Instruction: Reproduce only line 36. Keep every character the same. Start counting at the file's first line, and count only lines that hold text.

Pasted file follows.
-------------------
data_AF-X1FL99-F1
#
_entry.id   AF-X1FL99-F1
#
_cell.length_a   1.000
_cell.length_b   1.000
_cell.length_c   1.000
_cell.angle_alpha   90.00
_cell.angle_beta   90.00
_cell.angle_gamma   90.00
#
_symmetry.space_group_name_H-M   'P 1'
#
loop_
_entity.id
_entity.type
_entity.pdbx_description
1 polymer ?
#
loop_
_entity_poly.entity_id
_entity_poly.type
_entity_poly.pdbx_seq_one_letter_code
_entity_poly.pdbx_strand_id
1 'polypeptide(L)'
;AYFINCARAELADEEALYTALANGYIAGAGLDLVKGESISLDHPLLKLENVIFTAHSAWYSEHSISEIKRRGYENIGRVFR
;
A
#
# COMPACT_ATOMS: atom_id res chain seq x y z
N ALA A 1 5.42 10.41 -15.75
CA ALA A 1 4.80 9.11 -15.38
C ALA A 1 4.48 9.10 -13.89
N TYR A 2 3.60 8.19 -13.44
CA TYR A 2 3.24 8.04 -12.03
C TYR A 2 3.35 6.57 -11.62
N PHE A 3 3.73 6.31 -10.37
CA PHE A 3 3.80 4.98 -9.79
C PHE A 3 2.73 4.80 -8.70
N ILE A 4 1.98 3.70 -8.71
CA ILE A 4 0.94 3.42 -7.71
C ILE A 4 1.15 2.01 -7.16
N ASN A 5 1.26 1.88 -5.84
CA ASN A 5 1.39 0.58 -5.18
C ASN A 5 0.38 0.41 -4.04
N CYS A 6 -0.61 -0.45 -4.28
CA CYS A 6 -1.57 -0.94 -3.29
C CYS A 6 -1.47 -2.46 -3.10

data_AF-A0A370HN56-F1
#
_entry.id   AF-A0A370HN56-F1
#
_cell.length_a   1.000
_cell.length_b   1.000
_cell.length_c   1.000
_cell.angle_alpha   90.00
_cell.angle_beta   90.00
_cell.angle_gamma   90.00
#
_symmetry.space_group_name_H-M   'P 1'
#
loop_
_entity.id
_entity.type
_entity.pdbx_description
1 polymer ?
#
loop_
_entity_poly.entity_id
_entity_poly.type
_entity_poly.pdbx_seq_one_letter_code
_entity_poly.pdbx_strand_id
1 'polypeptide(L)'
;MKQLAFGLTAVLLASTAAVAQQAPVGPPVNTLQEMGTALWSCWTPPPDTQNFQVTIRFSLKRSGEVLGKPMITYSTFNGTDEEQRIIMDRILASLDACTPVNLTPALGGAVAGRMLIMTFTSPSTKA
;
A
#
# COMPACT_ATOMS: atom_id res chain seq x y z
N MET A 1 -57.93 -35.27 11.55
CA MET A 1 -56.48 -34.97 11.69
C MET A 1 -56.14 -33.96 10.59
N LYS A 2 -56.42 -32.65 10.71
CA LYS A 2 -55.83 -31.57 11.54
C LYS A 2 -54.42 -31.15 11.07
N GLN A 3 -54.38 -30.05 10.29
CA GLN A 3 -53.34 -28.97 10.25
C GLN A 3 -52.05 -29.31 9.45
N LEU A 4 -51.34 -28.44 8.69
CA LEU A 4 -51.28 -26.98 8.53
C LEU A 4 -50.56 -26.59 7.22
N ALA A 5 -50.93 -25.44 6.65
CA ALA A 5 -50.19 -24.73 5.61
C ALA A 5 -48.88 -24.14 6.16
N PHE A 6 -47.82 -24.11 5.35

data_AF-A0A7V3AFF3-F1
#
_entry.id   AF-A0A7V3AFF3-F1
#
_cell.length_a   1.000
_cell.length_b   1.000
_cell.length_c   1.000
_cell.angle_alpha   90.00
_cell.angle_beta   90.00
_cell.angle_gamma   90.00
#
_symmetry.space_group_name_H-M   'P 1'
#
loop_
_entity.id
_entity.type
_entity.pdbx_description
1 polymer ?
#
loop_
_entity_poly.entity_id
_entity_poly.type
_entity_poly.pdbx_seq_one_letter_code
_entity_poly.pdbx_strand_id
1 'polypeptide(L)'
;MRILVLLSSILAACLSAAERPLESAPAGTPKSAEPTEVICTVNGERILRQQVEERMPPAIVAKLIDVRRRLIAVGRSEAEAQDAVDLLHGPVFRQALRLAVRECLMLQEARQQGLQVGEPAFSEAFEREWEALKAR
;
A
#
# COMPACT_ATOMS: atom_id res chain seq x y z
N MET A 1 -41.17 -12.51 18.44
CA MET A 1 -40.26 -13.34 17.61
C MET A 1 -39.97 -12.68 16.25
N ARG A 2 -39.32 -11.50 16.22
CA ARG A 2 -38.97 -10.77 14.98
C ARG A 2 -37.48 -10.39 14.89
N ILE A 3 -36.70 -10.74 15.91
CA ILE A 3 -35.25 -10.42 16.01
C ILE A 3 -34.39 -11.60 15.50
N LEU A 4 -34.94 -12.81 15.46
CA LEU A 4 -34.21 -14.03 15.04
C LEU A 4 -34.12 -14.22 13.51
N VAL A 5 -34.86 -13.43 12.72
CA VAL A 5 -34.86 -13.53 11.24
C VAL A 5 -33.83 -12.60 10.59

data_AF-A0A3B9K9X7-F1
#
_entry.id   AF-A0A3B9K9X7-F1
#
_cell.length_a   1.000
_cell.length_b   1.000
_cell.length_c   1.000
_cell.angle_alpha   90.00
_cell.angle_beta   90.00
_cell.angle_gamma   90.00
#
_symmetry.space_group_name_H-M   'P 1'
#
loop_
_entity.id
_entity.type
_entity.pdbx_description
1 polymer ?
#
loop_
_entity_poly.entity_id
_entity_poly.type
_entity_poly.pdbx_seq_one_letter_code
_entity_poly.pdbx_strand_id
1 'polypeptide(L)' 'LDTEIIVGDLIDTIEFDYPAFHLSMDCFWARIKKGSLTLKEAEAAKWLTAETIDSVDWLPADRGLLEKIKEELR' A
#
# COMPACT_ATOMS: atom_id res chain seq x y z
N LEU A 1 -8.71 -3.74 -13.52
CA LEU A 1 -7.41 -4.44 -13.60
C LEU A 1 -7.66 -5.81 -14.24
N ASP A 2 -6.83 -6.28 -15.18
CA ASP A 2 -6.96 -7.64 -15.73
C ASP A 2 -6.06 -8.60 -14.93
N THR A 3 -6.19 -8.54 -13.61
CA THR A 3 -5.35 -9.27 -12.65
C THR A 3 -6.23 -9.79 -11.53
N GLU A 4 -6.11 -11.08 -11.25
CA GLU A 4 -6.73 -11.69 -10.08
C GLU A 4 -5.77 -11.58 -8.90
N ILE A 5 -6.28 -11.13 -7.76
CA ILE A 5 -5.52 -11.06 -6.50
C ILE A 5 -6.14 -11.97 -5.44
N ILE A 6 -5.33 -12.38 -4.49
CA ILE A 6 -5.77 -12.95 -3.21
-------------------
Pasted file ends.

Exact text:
C TYR A 2 3.35 6.57 -11.62